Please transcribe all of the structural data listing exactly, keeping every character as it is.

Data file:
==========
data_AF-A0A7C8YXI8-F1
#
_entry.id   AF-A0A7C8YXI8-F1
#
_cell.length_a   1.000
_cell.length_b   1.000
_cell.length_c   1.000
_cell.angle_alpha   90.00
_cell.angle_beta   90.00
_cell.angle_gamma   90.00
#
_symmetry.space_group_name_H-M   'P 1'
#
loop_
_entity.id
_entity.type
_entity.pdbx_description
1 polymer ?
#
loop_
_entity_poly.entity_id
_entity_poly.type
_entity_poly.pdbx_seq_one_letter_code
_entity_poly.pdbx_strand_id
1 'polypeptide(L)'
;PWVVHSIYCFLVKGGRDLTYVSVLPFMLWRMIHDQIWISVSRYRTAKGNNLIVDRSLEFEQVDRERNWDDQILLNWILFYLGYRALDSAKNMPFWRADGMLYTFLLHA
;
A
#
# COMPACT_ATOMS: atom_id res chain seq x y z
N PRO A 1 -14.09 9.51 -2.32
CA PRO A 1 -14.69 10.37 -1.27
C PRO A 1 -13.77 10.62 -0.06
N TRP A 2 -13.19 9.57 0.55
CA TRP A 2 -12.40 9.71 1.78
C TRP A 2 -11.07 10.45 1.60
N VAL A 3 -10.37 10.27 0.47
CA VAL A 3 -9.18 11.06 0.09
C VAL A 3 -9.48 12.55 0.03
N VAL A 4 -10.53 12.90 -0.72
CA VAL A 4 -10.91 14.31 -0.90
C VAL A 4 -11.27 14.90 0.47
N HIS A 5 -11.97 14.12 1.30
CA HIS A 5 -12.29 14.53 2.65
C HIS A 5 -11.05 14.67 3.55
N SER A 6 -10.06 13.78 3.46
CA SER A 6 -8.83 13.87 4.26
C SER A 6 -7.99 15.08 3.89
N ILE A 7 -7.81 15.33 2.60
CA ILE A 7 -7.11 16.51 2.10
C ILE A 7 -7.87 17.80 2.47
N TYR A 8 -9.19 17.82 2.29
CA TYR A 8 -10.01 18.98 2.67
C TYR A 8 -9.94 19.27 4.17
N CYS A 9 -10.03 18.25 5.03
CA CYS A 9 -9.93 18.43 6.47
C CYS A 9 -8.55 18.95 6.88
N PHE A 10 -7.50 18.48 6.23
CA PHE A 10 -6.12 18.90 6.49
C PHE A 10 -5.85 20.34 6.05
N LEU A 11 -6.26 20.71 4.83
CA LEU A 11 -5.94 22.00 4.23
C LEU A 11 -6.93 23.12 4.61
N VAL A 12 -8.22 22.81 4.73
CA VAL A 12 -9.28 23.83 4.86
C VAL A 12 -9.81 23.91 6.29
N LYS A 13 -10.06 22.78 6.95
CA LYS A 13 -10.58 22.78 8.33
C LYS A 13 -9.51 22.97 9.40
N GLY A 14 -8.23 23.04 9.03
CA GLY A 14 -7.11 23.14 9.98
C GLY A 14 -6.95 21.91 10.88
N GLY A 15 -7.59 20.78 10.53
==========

data_AF-A0A7C8YXI8-F1
#
_entry.id   AF-A0A7C8YXI8-F1
#
_cell.length_a   1.000
_cell.length_b   1.000
_cell.length_c   1.000
_cell.angle_alpha   90.00
_cell.angle_beta   90.00
_cell.angle_gamma   90.00
#
_symmetry.space_group_name_H-M   'P 1'
#
loop_
_entity.id
_entity.type
_entity.pdbx_description
1 polymer ?
#
loop_
_entity_poly.entity_id
_entity_poly.type
_entity_poly.pdbx_seq_one_letter_code
_entity_poly.pdbx_strand_id
1 'polypeptide(L)'
;PWVVHSIYCFLVKGGRDLTYVSVLPFMLWRMIHDQIWISVSRYRTAKGNNLIVDRSLEFEQVDRERNWDDQILLNWILFYLGYRALDSAKNMPFWRADGMLYTFLLHA
;
A
#
# COMPACT_ATOMS: atom_id res chain seq x y z
N PRO A 1 -14.09 9.51 -2.32
CA PRO A 1 -14.69 10.37 -1.27
C PRO A 1 -13.77 10.62 -0.06
N TRP A 2 -13.19 9.57 0.55
CA TRP A 2 -12.40 9.71 1.78
C TRP A 2 -11.07 10.45 1.60
N VAL A 3 -10.37 10.27 0.47
CA VAL A 3 -9.18 11.06 0.09
C VAL A 3 -9.48 12.55 0.03
N VAL A 4 -10.53 12.90 -0.72
CA VAL A 4 -10.91 14.31 -0.90
C VAL A 4 -11.27 14.90 0.47
N HIS A 5 -11.97 14.12 1.30
CA HIS A 5 -12.29 14.53 2.65
C HIS A 5 -11.05 14.67 3.55
N SER A 6 -10.06 13.78 3.46
CA SER A 6 -8.83 13.87 4.26
C SER A 6 -7.99 15.08 3.89
N ILE A 7 -7.81 15.33 2.60
CA ILE A 7 -7.11 16.51 2.10
C ILE A 7 -7.87 17.80 2.47
N TYR A 8 -9.19 17.82 2.29
CA TYR A 8 -10.01 18.98 2.67
C TYR A 8 -9.94 19.27 4.17
N CYS A 9 -10.03 18.25 5.03
CA CYS A 9 -9.93 18.43 6.47
C CYS A 9 -8.55 18.95 6.88
N PHE A 10 -7.50 18.48 6.23
CA PHE A 10 -6.12 18.90 6.49
C PHE A 10 -5.85 20.34 6.05
N LEU A 11 -6.26 20.71 4.83
CA LEU A 11 -5.94 22.00 4.23
C LEU A 11 -6.93 23.12 4.61
N VAL A 12 -8.22 22.81 4.73
CA VAL A 12 -9.28 23.83 4.86
C VAL A 12 -9.81 23.91 6.29
N LYS A 13 -10.06 22.78 6.95
CA LYS A 13 -10.58 22.78 8.33
C LYS A 13 -9.51 22.97 9.40
N GLY A 14 -8.23 23.04 9.03
CA GLY A 14 -7.11 23.14 9.98
C GLY A 14 -6.95 21.91 10.88
N GLY A 15 -7.59 20.78 10.53